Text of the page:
Greetings, wrapalongers! Today we’re tackling arguably the trickiest bit of our dress making, putting in the sleeves. But no fear, we’ll be using the “sewing in the flat” method which is an awful lot easier than the traditional technique of setting in sleeves. It’s especially suited to knit fabrics as you can stretch in the ease, as you’ll see below. Apologies in advance that the photos aren’t fantastic – it’s extremely hard to show what’s happening with 3D sewing like this, but I will try to explain as well as I can!
First, lay your fabric down right side up, with the armhole up. Pin your shoulder seam allowance down to make sure it sits flat when you put the sleeve in (otherwise it can twist).
Place your sleeve on top of the armhole, right sides facing. Match up the notch at the top of the sleeve with the shoulder seam and pin. Make sure that the double notch (that I’m pointing to) is facing towards the back armhole.
Now, start to pin the sleeve to the armhole. It’s going to get very mushed up (which is why the photos look a bit weird), but it’s possible! I start by pinning the side seam edges together. Pin the pieces together flat from the side seam to the first notch. Then, you’re going to find that there is more fabric on the sleeve than there is in the armhole – you are going to need to ease this in (more on that in a second). To prepare, evenly pin the sleeve to the armhole, all the way up to the shoulder seam, which will mean you have little bumps of the excess sleeve between each pin.
Now, repeat this for the upper part of the armhole.
Now, we’re going to transfer the pins to the other side. The reason is that when you’re sewing, you want the longer side that has to be eased in to be on the bottom, next to the feed dogs – they help you ease in the excess fabric. So, flip your dress over to the other side, and carefully transfer the pins from being on the sleeve side to being on the dress side (you’ll know you’re doing it right if the shoulder seam is now facing up).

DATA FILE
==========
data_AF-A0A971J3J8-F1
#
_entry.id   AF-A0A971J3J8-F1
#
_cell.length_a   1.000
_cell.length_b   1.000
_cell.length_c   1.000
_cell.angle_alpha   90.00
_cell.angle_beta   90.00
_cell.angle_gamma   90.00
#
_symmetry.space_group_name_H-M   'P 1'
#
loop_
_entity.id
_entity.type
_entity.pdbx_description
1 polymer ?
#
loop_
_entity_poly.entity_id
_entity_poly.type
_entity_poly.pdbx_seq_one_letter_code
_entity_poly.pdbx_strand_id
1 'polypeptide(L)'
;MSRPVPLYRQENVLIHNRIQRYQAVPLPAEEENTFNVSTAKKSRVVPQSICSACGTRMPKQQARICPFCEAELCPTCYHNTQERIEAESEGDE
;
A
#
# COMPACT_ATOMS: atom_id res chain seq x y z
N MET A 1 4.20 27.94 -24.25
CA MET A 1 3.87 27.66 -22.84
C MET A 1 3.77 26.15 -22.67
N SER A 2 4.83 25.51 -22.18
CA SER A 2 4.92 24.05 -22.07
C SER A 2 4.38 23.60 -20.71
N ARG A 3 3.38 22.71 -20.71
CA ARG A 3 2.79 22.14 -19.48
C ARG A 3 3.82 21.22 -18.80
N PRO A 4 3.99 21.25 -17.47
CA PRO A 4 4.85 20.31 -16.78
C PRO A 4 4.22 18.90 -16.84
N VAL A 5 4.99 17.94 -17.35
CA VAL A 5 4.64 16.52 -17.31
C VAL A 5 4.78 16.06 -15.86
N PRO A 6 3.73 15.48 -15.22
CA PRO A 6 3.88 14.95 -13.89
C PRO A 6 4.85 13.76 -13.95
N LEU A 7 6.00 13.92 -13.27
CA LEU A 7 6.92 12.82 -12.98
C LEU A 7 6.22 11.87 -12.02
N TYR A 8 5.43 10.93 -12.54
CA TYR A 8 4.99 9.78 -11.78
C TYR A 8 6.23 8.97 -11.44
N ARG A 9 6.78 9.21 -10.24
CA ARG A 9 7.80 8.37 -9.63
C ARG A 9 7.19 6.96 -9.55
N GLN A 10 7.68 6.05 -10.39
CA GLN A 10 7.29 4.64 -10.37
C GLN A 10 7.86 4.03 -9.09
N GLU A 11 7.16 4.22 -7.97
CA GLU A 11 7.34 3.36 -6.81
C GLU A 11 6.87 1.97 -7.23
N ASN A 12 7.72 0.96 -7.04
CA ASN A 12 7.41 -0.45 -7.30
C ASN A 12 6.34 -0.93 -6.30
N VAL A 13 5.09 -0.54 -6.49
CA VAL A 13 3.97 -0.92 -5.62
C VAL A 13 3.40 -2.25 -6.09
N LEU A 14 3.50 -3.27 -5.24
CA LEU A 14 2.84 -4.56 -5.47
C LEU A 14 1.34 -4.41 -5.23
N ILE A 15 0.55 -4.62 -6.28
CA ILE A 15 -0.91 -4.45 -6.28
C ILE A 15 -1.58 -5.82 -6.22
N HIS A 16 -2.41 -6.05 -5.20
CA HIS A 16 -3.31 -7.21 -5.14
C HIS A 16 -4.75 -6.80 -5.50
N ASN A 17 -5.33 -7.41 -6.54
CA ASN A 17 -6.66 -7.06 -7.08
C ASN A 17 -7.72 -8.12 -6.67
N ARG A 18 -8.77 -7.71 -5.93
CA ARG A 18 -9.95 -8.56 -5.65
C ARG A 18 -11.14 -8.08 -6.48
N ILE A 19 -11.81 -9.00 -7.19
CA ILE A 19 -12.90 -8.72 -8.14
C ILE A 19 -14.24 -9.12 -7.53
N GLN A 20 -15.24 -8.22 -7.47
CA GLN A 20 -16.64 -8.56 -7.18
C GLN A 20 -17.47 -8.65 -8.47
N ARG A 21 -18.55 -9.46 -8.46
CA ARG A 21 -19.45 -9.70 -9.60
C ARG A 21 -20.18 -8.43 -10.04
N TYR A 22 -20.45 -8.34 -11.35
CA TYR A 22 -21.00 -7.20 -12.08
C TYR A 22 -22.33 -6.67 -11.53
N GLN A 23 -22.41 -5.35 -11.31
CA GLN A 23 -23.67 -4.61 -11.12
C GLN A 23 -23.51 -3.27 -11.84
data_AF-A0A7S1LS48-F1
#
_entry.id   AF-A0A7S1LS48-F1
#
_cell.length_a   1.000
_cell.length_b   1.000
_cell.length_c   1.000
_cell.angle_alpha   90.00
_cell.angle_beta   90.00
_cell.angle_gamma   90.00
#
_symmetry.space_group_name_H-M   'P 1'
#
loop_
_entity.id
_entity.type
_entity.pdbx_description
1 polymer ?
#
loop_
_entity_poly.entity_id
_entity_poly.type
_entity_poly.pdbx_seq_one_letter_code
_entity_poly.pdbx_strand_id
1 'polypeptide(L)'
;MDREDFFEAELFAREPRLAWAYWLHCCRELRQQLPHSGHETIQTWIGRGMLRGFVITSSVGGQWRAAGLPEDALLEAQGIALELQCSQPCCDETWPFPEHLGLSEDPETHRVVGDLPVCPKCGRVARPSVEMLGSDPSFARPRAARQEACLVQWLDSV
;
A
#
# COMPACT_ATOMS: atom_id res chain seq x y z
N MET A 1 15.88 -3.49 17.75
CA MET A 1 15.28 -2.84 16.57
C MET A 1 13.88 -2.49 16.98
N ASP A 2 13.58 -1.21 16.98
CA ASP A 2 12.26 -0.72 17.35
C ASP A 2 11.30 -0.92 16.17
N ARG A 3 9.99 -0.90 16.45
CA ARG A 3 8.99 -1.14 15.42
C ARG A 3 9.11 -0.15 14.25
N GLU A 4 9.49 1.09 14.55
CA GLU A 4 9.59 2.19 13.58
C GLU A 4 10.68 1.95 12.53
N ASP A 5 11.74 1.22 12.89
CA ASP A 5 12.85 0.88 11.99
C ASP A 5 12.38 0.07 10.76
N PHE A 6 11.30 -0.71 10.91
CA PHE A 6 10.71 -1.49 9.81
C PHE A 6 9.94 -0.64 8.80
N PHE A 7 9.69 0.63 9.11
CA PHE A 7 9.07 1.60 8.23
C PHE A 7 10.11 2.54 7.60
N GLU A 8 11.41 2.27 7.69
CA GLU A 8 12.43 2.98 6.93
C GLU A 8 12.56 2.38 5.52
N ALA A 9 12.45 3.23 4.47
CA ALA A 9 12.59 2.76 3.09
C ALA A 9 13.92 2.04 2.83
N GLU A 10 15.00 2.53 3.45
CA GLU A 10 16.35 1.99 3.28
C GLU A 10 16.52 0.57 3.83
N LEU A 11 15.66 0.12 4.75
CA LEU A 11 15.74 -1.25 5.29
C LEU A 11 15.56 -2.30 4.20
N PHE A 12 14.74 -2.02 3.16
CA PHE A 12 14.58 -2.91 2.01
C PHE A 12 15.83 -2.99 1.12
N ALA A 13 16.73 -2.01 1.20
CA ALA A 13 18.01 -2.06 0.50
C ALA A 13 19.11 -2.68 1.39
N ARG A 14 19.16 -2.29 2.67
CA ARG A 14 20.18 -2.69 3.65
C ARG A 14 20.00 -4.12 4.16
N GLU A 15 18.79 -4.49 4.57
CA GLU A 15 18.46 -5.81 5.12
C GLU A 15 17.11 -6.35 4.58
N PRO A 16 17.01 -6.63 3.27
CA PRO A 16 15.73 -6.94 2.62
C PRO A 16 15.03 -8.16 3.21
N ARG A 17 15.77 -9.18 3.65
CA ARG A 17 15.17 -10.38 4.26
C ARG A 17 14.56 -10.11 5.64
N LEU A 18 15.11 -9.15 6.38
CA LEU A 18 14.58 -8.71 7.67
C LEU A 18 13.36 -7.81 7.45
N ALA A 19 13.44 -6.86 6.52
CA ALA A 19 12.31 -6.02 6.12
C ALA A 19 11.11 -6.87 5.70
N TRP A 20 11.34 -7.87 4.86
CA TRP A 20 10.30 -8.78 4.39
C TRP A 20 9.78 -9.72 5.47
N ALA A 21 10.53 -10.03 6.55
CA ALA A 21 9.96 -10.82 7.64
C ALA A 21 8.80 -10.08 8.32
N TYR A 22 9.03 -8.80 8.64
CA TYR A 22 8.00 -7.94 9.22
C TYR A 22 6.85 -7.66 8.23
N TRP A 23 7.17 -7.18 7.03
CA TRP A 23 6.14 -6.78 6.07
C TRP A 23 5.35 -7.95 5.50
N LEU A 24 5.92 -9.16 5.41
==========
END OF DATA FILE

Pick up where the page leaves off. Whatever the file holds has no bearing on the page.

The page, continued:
Over to the machine! The name of the game is to go slowly. Sew as normal until you reach the first notch. Then, you need to start easing the sleeve into the armhole. To do this, you need to gently pull on the armhole to stretch it enough so that the sleeve will match up with it (this is one reason why it’s crucial to use knit stay tape and not woven – if you use woven, it won’t stretch!). Try to sew steadily, especially when you go over the shoulder seam, which has a tendency to make the machine jump. Keep on feeling underneath the fabric to make sure that the sleeve is totally flat.
The most common problem when doing this is having little tucks on the sleeve. If you have this, just use a seam ripper to take out an inch or two of stitching, and then go back in, and stretch and sew it again – believe me, I am very familiar with doing this 🙂
Got it done? Back over to the ironing board – press your seam towards the sleeve over your ham to maintain the curve. I also like to press it from the right side too (though again, some folks don’t press at all when sewing with jersey.. it’s a personal choice!).
Finally, if you’re using a serger, serge the cuff edge of the sleeve – this is to prepare for the next step. If you’re using a sewing machine you can skip this step.
Phew! The trickiest bit is over! How did it go, wrapalongers?
p.s. if my photos weren’t clear enough, here’s a similar tutorial from Gillian at Crafting a Rainbow.